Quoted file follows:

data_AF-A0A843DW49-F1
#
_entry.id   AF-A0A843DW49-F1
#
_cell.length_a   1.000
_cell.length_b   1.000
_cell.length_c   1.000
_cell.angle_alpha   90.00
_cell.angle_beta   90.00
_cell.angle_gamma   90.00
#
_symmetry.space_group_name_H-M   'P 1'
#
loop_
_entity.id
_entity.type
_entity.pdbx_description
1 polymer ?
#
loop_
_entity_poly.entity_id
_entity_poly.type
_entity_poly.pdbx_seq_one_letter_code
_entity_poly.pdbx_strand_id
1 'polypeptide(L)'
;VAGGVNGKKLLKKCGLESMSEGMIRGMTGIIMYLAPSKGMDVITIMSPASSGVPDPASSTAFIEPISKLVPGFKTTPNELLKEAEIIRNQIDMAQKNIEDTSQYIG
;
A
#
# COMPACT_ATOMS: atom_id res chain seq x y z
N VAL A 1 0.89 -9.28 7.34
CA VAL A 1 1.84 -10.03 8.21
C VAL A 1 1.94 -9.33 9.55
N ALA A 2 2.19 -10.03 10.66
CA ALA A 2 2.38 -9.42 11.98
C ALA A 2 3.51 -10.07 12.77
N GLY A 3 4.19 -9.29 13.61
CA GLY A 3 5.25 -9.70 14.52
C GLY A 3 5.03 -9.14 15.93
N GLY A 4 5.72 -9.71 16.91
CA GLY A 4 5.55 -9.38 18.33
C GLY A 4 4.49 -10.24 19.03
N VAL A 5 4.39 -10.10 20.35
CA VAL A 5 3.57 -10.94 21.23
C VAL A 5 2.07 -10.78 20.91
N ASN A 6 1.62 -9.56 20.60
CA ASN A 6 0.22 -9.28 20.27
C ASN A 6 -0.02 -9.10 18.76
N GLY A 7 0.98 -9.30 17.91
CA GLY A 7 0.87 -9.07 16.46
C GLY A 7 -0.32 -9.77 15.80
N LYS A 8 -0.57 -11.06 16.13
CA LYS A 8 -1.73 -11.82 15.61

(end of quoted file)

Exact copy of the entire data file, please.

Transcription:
data_AF-A0A843DW49-F1
#
_entry.id   AF-A0A843DW49-F1
#
_cell.length_a   1.000
_cell.length_b   1.000
_cell.length_c   1.000
_cell.angle_alpha   90.00
_cell.angle_beta   90.00
_cell.angle_gamma   90.00
#
_symmetry.space_group_name_H-M   'P 1'
#
loop_
_entity.id
_entity.type
_entity.pdbx_description
1 polymer ?
#
loop_
_entity_poly.entity_id
_entity_poly.type
_entity_poly.pdbx_seq_one_letter_code
_entity_poly.pdbx_strand_id
1 'polypeptide(L)'
;VAGGVNGKKLLKKCGLESMSEGMIRGMTGIIMYLAPSKGMDVITIMSPASSGVPDPASSTAFIEPISKLVPGFKTTPNELLKEAEIIRNQIDMAQKNIEDTSQYIG
;
A
#
# COMPACT_ATOMS: atom_id res chain seq x y z
N VAL A 1 0.89 -9.28 7.34
CA VAL A 1 1.84 -10.03 8.21
C VAL A 1 1.94 -9.33 9.55
N ALA A 2 2.19 -10.03 10.66
CA ALA A 2 2.38 -9.42 11.98
C ALA A 2 3.51 -10.07 12.77
N GLY A 3 4.19 -9.29 13.61
CA GLY A 3 5.25 -9.70 14.52
C GLY A 3 5.03 -9.14 15.93
N GLY A 4 5.72 -9.71 16.91
CA GLY A 4 5.55 -9.38 18.33
C GLY A 4 4.49 -10.24 19.03
N VAL A 5 4.39 -10.10 20.35
CA VAL A 5 3.57 -10.94 21.23
C VAL A 5 2.07 -10.78 20.91
N ASN A 6 1.62 -9.56 20.60
CA ASN A 6 0.22 -9.28 20.27
C ASN A 6 -0.02 -9.10 18.76
N GLY A 7 0.98 -9.30 17.91
CA GLY A 7 0.87 -9.07 16.46
C GLY A 7 -0.32 -9.77 15.80
N LYS A 8 -0.57 -11.06 16.13
CA LYS A 8 -1.73 -11.82 15.61